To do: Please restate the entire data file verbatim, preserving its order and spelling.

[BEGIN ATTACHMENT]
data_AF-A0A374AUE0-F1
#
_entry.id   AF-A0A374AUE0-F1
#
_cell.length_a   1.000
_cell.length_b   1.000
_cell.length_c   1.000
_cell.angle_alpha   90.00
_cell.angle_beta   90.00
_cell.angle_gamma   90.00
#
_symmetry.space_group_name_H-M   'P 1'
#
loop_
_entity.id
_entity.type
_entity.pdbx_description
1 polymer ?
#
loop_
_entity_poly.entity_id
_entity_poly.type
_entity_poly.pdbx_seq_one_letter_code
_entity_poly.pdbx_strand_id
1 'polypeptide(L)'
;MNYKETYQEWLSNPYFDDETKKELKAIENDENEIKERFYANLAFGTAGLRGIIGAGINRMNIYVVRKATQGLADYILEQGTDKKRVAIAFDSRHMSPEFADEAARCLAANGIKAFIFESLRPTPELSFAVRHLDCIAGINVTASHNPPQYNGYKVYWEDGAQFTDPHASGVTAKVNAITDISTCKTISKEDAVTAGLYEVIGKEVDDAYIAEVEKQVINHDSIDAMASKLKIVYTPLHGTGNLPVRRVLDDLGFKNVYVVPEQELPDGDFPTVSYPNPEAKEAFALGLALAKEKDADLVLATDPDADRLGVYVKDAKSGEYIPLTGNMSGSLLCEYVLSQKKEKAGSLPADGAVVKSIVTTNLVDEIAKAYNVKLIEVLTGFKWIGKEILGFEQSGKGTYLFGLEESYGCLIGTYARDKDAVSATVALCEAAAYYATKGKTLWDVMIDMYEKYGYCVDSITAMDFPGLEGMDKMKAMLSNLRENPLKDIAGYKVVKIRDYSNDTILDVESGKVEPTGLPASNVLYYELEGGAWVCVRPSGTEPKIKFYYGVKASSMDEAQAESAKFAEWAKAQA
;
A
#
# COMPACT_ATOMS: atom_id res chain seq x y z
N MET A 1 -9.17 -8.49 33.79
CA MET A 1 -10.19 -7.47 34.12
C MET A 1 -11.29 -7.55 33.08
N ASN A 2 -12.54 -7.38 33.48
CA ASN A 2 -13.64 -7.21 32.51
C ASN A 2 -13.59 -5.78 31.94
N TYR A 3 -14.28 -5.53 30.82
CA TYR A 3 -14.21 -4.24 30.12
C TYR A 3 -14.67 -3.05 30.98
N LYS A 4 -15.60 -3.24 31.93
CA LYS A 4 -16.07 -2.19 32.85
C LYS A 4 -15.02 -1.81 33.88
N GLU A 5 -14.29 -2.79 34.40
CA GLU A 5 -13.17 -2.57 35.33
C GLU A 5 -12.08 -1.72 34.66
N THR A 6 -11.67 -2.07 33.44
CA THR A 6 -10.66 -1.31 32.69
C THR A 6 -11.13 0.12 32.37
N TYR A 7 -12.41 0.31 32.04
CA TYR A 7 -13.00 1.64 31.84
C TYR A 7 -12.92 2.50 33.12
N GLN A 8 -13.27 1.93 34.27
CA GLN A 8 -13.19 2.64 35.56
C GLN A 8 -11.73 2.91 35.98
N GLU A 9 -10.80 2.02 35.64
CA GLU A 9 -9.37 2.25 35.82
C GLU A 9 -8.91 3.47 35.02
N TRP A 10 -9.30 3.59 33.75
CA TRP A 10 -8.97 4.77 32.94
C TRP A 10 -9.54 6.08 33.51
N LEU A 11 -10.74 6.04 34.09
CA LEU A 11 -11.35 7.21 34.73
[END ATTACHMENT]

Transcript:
data_AF-A0A374AUE0-F1
#
_entry.id   AF-A0A374AUE0-F1
#
_cell.length_a   1.000
_cell.length_b   1.000
_cell.length_c   1.000
_cell.angle_alpha   90.00
_cell.angle_beta   90.00
_cell.angle_gamma   90.00
#
_symmetry.space_group_name_H-M   'P 1'
#
loop_
_entity.id
_entity.type
_entity.pdbx_description
1 polymer ?
#
loop_
_entity_poly.entity_id
_entity_poly.type
_entity_poly.pdbx_seq_one_letter_code
_entity_poly.pdbx_strand_id
1 'polypeptide(L)'
;MNYKETYQEWLSNPYFDDETKKELKAIENDENEIKERFYANLAFGTAGLRGIIGAGINRMNIYVVRKATQGLADYILEQGTDKKRVAIAFDSRHMSPEFADEAARCLAANGIKAFIFESLRPTPELSFAVRHLDCIAGINVTASHNPPQYNGYKVYWEDGAQFTDPHASGVTAKVNAITDISTCKTISKEDAVTAGLYEVIGKEVDDAYIAEVEKQVINHDSIDAMASKLKIVYTPLHGTGNLPVRRVLDDLGFKNVYVVPEQELPDGDFPTVSYPNPEAKEAFALGLALAKEKDADLVLATDPDADRLGVYVKDAKSGEYIPLTGNMSGSLLCEYVLSQKKEKAGSLPADGAVVKSIVTTNLVDEIAKAYNVKLIEVLTGFKWIGKEILGFEQSGKGTYLFGLEESYGCLIGTYARDKDAVSATVALCEAAAYYATKGKTLWDVMIDMYEKYGYCVDSITAMDFPGLEGMDKMKAMLSNLRENPLKDIAGYKVVKIRDYSNDTILDVESGKVEPTGLPASNVLYYELEGGAWVCVRPSGTEPKIKFYYGVKASSMDEAQAESAKFAEWAKAQA
;
A
#
# COMPACT_ATOMS: atom_id res chain seq x y z
N MET A 1 -9.17 -8.49 33.79
CA MET A 1 -10.19 -7.47 34.12
C MET A 1 -11.29 -7.55 33.08
N ASN A 2 -12.54 -7.38 33.48
CA ASN A 2 -13.64 -7.21 32.51
C ASN A 2 -13.59 -5.78 31.94
N TYR A 3 -14.28 -5.53 30.82
CA TYR A 3 -14.21 -4.24 30.12
C TYR A 3 -14.67 -3.05 30.98
N LYS A 4 -15.60 -3.24 31.93
CA LYS A 4 -16.07 -2.19 32.85
C LYS A 4 -15.02 -1.81 33.88
N GLU A 5 -14.29 -2.79 34.40
CA GLU A 5 -13.17 -2.57 35.33
C GLU A 5 -12.08 -1.72 34.66
N THR A 6 -11.67 -2.07 33.44
CA THR A 6 -10.66 -1.31 32.69
C THR A 6 -11.13 0.12 32.37
N TYR A 7 -12.41 0.31 32.04
CA TYR A 7 -13.00 1.64 31.84
C TYR A 7 -12.92 2.50 33.12
N GLN A 8 -13.27 1.93 34.27
CA GLN A 8 -13.19 2.64 35.56
C GLN A 8 -11.73 2.91 35.98
N GLU A 9 -10.80 2.02 35.64
CA GLU A 9 -9.37 2.25 35.82
C GLU A 9 -8.91 3.47 35.02
N TRP A 10 -9.30 3.59 33.75
CA TRP A 10 -8.97 4.77 32.94
C TRP A 10 -9.54 6.08 33.51
N LEU A 11 -10.74 6.04 34.09
CA LEU A 11 -11.35 7.21 34.73